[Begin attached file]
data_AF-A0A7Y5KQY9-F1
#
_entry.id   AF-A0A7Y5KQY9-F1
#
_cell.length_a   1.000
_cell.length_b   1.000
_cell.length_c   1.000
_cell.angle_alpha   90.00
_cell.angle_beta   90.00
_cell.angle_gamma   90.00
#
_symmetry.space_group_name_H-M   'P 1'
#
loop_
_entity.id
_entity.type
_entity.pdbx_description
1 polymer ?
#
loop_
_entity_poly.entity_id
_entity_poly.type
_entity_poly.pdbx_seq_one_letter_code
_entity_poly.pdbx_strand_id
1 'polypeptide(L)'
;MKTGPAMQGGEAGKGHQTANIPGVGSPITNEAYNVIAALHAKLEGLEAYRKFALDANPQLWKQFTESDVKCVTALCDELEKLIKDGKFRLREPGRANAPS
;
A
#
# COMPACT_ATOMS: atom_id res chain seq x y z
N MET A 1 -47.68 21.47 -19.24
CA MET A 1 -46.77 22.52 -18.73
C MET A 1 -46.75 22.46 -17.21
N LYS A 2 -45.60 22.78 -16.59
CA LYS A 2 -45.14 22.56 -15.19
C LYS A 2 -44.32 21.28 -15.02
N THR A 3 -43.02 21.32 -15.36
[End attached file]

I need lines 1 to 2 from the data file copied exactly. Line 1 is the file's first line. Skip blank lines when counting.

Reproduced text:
data_AF-A0A7Y5KQY9-F1
#